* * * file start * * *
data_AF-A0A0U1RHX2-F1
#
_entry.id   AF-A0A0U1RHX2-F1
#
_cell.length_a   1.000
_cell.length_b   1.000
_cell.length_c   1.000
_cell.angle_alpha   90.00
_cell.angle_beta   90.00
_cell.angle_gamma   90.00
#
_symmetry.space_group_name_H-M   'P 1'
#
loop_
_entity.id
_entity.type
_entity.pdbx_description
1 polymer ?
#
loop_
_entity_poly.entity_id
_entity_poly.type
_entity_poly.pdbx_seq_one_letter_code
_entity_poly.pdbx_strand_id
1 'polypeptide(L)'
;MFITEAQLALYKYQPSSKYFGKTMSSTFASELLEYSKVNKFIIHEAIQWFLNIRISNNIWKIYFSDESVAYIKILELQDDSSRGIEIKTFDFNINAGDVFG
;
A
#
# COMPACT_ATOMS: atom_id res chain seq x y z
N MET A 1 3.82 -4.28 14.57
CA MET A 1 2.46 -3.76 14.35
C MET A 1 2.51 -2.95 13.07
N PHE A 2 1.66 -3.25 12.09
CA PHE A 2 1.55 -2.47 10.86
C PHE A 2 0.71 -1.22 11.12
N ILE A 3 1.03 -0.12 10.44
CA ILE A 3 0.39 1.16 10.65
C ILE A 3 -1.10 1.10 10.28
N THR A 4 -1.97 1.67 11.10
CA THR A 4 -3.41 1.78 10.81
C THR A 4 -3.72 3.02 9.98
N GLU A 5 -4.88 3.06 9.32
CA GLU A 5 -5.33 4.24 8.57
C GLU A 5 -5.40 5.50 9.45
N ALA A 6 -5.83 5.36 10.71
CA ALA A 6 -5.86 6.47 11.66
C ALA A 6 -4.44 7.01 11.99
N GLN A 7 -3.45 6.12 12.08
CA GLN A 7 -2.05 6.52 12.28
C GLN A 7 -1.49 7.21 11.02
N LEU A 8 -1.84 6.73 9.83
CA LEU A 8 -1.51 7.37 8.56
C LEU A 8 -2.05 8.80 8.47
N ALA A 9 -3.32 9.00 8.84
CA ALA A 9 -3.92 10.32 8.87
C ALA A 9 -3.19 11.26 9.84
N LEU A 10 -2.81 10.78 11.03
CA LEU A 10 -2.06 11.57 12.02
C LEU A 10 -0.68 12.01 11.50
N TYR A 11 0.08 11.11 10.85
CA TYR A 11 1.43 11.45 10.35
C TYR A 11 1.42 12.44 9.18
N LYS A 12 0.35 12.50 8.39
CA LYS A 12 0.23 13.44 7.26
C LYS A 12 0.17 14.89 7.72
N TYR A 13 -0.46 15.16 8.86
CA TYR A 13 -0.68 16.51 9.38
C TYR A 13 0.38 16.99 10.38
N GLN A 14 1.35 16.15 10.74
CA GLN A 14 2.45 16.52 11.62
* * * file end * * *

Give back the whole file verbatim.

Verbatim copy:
data_AF-A0A0U1RHX2-F1
#
_entry.id   AF-A0A0U1RHX2-F1
#
_cell.length_a   1.000
_cell.length_b   1.000
_cell.length_c   1.000
_cell.angle_alpha   90.00
_cell.angle_beta   90.00
_cell.angle_gamma   90.00
#
_symmetry.space_group_name_H-M   'P 1'
#
loop_
_entity.id
_entity.type
_entity.pdbx_description
1 polymer ?
#
loop_
_entity_poly.entity_id
_entity_poly.type
_entity_poly.pdbx_seq_one_letter_code
_entity_poly.pdbx_strand_id
1 'polypeptide(L)'
;MFITEAQLALYKYQPSSKYFGKTMSSTFASELLEYSKVNKFIIHEAIQWFLNIRISNNIWKIYFSDESVAYIKILELQDDSSRGIEIKTFDFNINAGDVFG
;
A
#
# COMPACT_ATOMS: atom_id res chain seq x y z
N MET A 1 3.82 -4.28 14.57
CA MET A 1 2.46 -3.76 14.35
C MET A 1 2.51 -2.95 13.07
N PHE A 2 1.66 -3.25 12.09
CA PHE A 2 1.55 -2.47 10.86
C PHE A 2 0.71 -1.22 11.12
N ILE A 3 1.03 -0.12 10.44
CA ILE A 3 0.39 1.16 10.65
C ILE A 3 -1.10 1.10 10.28
N THR A 4 -1.97 1.67 11.10
CA THR A 4 -3.41 1.78 10.81
C THR A 4 -3.72 3.02 9.98
N GLU A 5 -4.88 3.06 9.32
CA GLU A 5 -5.33 4.24 8.57
C GLU A 5 -5.40 5.50 9.45
N ALA A 6 -5.83 5.36 10.71
CA ALA A 6 -5.86 6.47 11.66
C ALA A 6 -4.44 7.01 11.99
N GLN A 7 -3.45 6.12 12.08
CA GLN A 7 -2.05 6.52 12.28
C GLN A 7 -1.49 7.21 11.02
N LEU A 8 -1.84 6.73 9.83
CA LEU A 8 -1.51 7.37 8.56
C LEU A 8 -2.05 8.80 8.47
N ALA A 9 -3.32 9.00 8.84
CA ALA A 9 -3.92 10.32 8.87
C ALA A 9 -3.19 11.26 9.84
N LEU A 10 -2.81 10.78 11.03
CA LEU A 10 -2.06 11.57 12.02
C LEU A 10 -0.68 12.01 11.50
N TYR A 11 0.08 11.11 10.85
CA TYR A 11 1.43 11.45 10.35
C TYR A 11 1.42 12.44 9.18
N LYS A 12 0.35 12.50 8.39
CA LYS A 12 0.23 13.44 7.26
C LYS A 12 0.17 14.89 7.72
N TYR A 13 -0.46 15.16 8.86
CA TYR A 13 -0.68 16.51 9.38
C TYR A 13 0.38 16.99 10.38
N GLN A 14 1.35 16.15 10.74
CA GLN A 14 2.45 16.52 11.62